You have probably come across the word ‘hormones’ in some commonplace discussion and might’ve heard how they affect one’s everyday functions. But what exactly are these ‘hormones’? A quick search on Wikipedia brings us to the definition that ‘A Hormone is any member of a class of signaling molecules produced by glands in multicellular organisms to regulate physiology and behavior’. Simply said, hormones are the chemicals secreted in your body by ‘glands’ which regulate your bodily functions. Naturally, as it may seem, these chemicals are crucial for an individual’s growth and everyday functioning. If a person’s hormone levels deviate from their supposed level, the person will experience a reduced quality of life. The body reacts unnaturally because it is not receiving the optimum doses of the hormone. You may experience disturbances in almost all areas of life, from weight gain, acne, hair loss to decreased energy, anxiety, depression, etc. Hormonal imbalances can occur due to a variety of reasons like eating too little or too much, over-exercising, eating unhealthily, having stress and high body fat, and so on.
Reasons of Hormonal Imbalance
One sneaky reason of hormonal imbalance that can easily skip one’s attention is the role of sleep in maintaining hormonal balance. Sleep is the most important thing that your body does in order to rejuvenate itself after a long day. During the sleep, the body repairs and prepares itself for the next day. Of course, sleep affects hormones production in the body too. If someone is not having enough sleep, or their irregular sleep patterns are hindering their continuous sleep, chances are high that they have a hormonal imbalance. If not, they run the risk of developing it in the near future.
Effects of Sleep Deprivation on Hormones
One of the main influences of sleep deprivation on hormonal systems includes increased cortisol levels and metabolism impairment. Cortisol is a hormone, and cortisol receptors are the receptors which sense and then make the body control the cortisol levels in it. Too little sleep will lead to increased cortisol levels which can have devastating effects; for example, the immune system is suppressed, libido is reduced, and hypertension increases. So, a good sleep is must to ensure undisturbed hormones. As mentioned earlier, metabolism may also get impaired due to a lack of sleep. Metabolism refers to all the chemical changes that take place in your body. This includes all the reactions that sustain life, be it generating energy for the body, or the removal of waste substances. One can easily speculate the grim effects of metabolism impairment if it occurs in one’s body. Furthermore, most of cell and tissue growth occurs in the third stage of sleep, which reaches after a number of continuous sleep hours.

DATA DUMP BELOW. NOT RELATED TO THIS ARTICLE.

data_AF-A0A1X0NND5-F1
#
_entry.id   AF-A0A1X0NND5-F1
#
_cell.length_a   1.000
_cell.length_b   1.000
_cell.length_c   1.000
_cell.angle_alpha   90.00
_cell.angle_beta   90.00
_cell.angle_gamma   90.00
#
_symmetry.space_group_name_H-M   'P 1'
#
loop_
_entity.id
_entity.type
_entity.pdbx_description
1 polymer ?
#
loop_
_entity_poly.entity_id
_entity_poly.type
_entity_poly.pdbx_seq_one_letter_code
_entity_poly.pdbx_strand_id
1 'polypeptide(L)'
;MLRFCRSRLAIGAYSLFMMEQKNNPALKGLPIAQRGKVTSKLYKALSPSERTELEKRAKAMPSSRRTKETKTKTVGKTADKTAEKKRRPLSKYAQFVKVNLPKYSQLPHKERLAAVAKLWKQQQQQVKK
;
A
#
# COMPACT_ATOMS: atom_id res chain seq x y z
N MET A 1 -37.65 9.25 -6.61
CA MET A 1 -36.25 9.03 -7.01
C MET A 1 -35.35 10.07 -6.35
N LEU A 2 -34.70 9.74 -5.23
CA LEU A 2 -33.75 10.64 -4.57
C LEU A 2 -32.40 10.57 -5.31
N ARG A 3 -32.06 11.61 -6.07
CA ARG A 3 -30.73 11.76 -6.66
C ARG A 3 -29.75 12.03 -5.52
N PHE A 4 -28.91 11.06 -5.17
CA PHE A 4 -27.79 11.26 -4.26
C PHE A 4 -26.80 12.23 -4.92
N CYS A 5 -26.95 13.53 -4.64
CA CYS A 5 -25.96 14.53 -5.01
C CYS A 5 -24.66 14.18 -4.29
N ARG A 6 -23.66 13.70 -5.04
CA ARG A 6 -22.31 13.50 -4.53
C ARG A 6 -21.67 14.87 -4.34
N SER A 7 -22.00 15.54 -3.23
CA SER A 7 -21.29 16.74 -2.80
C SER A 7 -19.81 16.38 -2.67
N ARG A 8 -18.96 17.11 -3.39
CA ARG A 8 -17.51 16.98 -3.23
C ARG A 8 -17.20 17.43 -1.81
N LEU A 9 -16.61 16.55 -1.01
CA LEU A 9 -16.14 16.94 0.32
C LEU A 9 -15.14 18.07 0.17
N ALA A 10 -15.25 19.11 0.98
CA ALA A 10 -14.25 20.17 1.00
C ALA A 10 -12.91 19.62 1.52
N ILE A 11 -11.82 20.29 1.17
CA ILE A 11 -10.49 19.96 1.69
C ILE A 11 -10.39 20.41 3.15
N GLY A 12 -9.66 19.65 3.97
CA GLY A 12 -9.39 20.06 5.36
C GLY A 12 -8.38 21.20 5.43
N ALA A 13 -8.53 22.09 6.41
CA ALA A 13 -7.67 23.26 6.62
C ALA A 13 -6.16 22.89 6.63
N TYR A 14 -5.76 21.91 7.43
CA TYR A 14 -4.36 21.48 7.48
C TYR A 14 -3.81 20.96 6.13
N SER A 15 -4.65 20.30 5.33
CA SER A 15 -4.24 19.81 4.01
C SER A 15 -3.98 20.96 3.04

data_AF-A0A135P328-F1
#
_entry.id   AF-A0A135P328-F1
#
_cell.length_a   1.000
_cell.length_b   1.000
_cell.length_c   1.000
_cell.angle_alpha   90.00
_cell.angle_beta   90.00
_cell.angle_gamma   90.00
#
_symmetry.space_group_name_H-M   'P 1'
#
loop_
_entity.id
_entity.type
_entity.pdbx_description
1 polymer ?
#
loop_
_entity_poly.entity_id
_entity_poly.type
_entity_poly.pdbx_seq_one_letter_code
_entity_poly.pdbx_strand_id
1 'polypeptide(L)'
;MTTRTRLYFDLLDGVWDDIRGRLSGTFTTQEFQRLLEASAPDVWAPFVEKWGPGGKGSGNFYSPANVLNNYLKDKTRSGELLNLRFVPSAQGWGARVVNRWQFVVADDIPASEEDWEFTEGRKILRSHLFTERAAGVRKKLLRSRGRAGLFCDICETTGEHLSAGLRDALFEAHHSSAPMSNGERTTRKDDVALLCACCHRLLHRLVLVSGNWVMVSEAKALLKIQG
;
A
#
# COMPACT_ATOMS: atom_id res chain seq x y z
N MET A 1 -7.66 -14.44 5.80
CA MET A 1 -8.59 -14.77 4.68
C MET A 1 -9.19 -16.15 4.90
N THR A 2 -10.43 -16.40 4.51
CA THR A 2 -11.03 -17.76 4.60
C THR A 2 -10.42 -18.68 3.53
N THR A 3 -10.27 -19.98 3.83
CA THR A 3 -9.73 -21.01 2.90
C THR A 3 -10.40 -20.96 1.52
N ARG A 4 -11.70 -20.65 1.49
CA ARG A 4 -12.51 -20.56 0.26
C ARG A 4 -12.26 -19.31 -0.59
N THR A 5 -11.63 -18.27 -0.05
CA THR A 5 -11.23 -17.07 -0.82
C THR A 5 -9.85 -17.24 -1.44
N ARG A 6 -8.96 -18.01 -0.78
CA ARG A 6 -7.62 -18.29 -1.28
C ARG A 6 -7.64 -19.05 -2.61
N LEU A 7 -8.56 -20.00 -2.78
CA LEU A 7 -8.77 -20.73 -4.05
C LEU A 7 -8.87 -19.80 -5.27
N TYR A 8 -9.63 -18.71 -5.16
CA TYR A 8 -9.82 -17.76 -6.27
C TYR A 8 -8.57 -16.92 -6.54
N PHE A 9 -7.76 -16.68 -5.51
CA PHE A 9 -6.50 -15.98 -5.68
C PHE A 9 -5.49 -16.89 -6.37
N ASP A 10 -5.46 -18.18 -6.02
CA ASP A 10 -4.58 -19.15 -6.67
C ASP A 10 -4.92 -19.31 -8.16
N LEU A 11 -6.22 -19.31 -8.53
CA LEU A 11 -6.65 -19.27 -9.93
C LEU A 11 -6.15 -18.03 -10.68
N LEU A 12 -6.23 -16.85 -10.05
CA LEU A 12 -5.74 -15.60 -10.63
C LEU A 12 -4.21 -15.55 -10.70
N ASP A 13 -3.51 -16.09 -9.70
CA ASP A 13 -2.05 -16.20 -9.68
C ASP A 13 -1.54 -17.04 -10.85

Role of Sleep in Maintaining Hormonal Balance
A study published at the US National Library of Medicine contends that sleep also plays an indispensable role in regulating neuroendocrine function and glucose metabolism. Furthermore, sleep loss may also lead to obesity and weight gain in subjects. Insulin insensitivity, increased ghrelin, decreased levels of leptin, and increased hunger, were also observed in the subjects, further signaling the abnormality of hormones. To balance the hormone levels, one may try taking hormone supplements. For example, if you’re down on growth hormone, take in synthetic HGH to ameliorate the situation, and you can find hgh for sale in usa.
Diabetes and Increased Appetite
A quite astounding and unexpected effect of sleep deprivation is Diabetes. Yes, studies have shown that people who sleep less than five to six hours in one night run a much higher risk of developing diabetes than a person taking the full required sleep. This too inevitably boils down to hormonal imbalance caused by a lack of sleep: the higher level of cortisol increases the likelihood of developing diabetes and gaining weight. As mentioned earlier, Leptin is the hormone which suppresses one’s hunger, and its antithesis, Ghrelin, increases one’s hunger. Less sleep alters the normal levels of Leptin and Ghrelin, such that leptin is increased, and Ghrelin is decreased. The result? You tend to eat more and more and unhealthier too and in the long run, you’re very likely to develop obesity.
Modern society may make it seem that sleeping less is better or ‘more productive’, as you get more time to do stuff, but in reality, you do need proper sleep to maintain your healthy body. Sleeping less for a long period of time will inevitably damage your body to an irreparable extent. So, to enjoy your life to the fullest, develop a healthy lifestyle, and the key to a healthy lifestyle is getting a good quality sleep; optimally, 8 hours a day.